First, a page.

The time is now upon us when the first fledglings of the season are starting to hatch. This is also the time when we all like to go into nature and start exploring the animal life and their environment. There are some things to remember though as we venture into the wilderness and we need to stop and think before we try to help nature out. The best of intentions can prove devastating to young animals and particularly birds so here are some tips in case you come across a young fledgling.
As someone who used to work in the animal charity sector, I would receive many calls from the public who had found a young bird unable to fly, but otherwise healthy, and had brought them home to take care of them until I could arrive to collect it. I always wondered what they thought I would do for the bird. Did they think I would personally hand rear it and replace its mother? Or perhaps take it to a fledgling “hotel” where it can relax until take off? Unfortunately it does not work this way and the stress placed upon the young bird is substantial. When taken from the wild to the home and especially if they could not remember the exact location where they found the bird, I would often have to take the bird away to a local sanctuary. Often the young bird would pass away in transit and in the majority of cases they would die after a few days of hand feeding. So what should be done when a young bird is found?
Most species of bird after hatching will spend a few days on the ground before they start to fly. This is what they are designed to do. During this process the parent birds will come down to feed the young one and at the same time teach the bird vital life skills such as predator awareness and food recognition. By removing a bird such as this from its surroundings will deprive it of this vital education. The chances of the bird then surviving in the wild even if it does make it that far, becomes very slim for it has not had the chance to develop these vital life skills. The parents can leave their young for up to four hours before returning so the chance that they have been abandoned is remote. If the area is busy one can place the bird out of the way under a bush. This is only if absolutely necessary and the bush must be exactly where the bird was found. It is no use taking it a couple of blocks away to the nearest park. It must remain in that area for that is where the parents will be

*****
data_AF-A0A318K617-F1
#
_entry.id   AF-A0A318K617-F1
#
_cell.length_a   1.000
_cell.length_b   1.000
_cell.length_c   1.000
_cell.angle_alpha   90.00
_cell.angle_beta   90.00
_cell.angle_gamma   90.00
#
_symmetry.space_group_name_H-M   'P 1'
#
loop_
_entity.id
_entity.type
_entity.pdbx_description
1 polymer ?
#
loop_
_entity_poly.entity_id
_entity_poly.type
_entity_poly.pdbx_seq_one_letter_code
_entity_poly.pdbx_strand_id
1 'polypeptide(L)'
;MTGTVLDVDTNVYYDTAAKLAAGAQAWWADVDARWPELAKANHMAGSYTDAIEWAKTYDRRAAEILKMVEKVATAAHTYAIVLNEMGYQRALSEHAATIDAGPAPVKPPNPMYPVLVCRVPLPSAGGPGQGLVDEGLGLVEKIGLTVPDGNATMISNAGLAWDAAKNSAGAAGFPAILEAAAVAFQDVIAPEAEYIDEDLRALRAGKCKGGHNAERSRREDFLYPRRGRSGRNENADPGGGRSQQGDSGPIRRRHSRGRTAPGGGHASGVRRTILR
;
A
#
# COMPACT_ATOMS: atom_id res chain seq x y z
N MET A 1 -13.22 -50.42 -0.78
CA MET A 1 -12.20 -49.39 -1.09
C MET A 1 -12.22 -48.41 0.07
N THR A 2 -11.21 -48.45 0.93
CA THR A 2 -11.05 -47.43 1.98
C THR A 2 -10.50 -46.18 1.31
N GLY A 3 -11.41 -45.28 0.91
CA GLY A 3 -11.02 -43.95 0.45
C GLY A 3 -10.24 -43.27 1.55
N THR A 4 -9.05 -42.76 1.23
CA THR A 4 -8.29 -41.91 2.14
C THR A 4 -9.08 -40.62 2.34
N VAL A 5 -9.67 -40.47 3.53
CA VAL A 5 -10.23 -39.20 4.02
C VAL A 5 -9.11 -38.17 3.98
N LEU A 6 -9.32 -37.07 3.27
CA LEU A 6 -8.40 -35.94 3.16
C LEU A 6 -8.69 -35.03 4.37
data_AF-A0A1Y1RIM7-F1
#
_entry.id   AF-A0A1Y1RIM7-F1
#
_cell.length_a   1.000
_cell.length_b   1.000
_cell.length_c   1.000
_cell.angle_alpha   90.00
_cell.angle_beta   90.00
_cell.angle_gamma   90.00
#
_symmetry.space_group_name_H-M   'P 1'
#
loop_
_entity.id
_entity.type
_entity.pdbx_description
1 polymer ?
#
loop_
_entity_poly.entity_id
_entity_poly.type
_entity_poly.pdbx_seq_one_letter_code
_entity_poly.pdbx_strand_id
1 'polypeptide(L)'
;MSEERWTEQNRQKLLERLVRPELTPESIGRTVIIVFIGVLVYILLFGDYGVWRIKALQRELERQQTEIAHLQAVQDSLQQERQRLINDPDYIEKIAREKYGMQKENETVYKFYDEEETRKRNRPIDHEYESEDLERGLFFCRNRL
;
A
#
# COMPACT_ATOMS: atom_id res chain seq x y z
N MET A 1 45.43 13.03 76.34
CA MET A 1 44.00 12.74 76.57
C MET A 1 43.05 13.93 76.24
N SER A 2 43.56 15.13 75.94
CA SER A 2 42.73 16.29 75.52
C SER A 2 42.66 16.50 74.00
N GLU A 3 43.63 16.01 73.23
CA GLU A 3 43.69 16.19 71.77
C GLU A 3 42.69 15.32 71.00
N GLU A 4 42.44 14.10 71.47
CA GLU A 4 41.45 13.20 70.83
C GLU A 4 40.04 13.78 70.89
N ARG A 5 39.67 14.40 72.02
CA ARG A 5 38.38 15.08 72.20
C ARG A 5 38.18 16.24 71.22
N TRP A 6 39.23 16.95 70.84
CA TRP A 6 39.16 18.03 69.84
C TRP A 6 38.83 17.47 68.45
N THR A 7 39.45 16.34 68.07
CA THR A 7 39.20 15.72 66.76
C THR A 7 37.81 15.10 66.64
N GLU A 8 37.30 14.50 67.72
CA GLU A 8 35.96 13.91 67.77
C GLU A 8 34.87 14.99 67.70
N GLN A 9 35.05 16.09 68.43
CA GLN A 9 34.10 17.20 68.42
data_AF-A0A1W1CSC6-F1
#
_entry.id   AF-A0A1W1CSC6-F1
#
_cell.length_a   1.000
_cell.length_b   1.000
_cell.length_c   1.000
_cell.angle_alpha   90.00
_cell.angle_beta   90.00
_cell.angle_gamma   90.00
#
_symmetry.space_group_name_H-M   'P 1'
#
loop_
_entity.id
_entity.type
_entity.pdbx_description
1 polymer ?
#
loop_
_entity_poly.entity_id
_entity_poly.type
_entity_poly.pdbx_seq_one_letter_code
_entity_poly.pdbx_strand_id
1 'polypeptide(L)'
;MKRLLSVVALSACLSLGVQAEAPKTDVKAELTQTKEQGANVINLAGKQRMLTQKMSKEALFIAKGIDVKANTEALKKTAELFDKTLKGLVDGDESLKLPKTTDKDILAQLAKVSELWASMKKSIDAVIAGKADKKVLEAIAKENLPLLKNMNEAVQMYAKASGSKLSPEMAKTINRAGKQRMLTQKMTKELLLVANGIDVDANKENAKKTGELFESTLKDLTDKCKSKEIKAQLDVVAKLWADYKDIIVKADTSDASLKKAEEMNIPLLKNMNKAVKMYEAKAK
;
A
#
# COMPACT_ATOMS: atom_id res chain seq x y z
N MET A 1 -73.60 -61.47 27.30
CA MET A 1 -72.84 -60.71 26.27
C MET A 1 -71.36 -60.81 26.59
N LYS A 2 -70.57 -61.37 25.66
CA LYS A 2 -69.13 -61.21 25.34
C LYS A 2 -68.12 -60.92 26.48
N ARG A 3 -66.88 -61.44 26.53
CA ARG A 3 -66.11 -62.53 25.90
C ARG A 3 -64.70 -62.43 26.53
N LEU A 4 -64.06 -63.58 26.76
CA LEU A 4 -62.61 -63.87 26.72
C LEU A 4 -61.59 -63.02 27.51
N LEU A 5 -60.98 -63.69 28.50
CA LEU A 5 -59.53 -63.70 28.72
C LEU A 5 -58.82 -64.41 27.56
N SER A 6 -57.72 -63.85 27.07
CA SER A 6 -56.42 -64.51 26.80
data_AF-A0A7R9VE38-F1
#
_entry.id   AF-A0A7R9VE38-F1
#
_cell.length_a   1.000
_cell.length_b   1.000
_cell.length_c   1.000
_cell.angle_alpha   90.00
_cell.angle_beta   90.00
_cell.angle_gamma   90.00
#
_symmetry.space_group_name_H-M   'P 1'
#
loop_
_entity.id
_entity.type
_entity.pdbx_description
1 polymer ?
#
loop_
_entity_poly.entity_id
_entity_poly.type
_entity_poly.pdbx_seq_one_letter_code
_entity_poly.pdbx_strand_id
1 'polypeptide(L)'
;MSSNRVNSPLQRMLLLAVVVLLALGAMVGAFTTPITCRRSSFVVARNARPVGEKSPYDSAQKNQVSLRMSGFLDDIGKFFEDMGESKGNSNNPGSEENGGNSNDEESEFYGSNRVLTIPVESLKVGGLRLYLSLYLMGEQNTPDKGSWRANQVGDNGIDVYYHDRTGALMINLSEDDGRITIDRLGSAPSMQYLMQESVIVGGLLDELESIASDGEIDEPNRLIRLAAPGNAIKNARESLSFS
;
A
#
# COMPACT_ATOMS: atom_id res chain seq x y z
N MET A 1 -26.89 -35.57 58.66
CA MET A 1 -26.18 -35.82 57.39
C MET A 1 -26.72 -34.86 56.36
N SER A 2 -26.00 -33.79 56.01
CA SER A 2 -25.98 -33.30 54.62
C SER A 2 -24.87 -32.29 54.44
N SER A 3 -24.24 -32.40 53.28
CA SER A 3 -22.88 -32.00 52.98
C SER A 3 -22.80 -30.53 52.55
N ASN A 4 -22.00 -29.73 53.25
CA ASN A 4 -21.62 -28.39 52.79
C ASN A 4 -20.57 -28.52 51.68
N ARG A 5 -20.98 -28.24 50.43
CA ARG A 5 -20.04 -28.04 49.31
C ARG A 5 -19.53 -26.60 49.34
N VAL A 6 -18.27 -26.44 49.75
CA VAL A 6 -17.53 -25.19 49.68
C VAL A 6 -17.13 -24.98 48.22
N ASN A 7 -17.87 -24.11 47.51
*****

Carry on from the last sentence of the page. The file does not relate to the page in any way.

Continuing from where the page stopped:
A nestling bird is one that has few or no feathers and eyes closed. If one is found on the ground it is because it fell out rather than being abandoned. Here the nestling can be placed back in the nest if locatable. It is not true that if you touch a young bird the mother will disown them. Birds have a very poor sense of smell yet have a fantastic sense of hearing and knowing where their offspring is located. So if placed back in the nest, the parents will return though perhaps cautious at first. You can also place the nestling in a branch if there is a secure section in the event that the nest cannot be located. If this is not possible then in a small box with some dry grass to prevent slipping is an answer.
Nature has a remarkable way of caring for its own. The argument I would always hear when giving this advice was “I know it is not injured but there are so many cats around”. Unfortunately the life of any bird is full of predators, whether young or old and that is part of a birds life. You will never be able to protect all birds from predators. That is just a part of nature and a vital part of the selection and population process. All young birds need to take their chance in life. They actually have a better chance of surviving with the skills that their parents will teach them than they would in human captivity where the survival rate is low and the survival after release rate is even lower. The parents job is to teach that young bird how to identify predators, hide in bushes at night fall and use branches to escape while it is learning how to fly.
So with this information we can see that birds are best left alone. If it is injured is obviously a whole different subject and therefore alleviating suffering is a requirement. If you have a local bird sanctuary you can take the injured bird there. Your local veterinary hospital will also be able to help. Unfortunately putting a young bird to sleep if it is badly injured is usually the only recourse and in fact the kindest thing to do. So please be prepared for this.
Nature is a wonderful thing and to function it needs to be left alone. The parents of young birds know exactly what they are doing and so should be allowed to get on with the job. Our best course of action is thus to observe, enjoy and perhaps learn a little.
John Hewitt is a freelance writer and online euntrepreneur . He has worked in many fields including finance, the restaurant industry, film work and as an RSPCA animal welfare officer. One of his websites is http://www.prosperityandfinance.com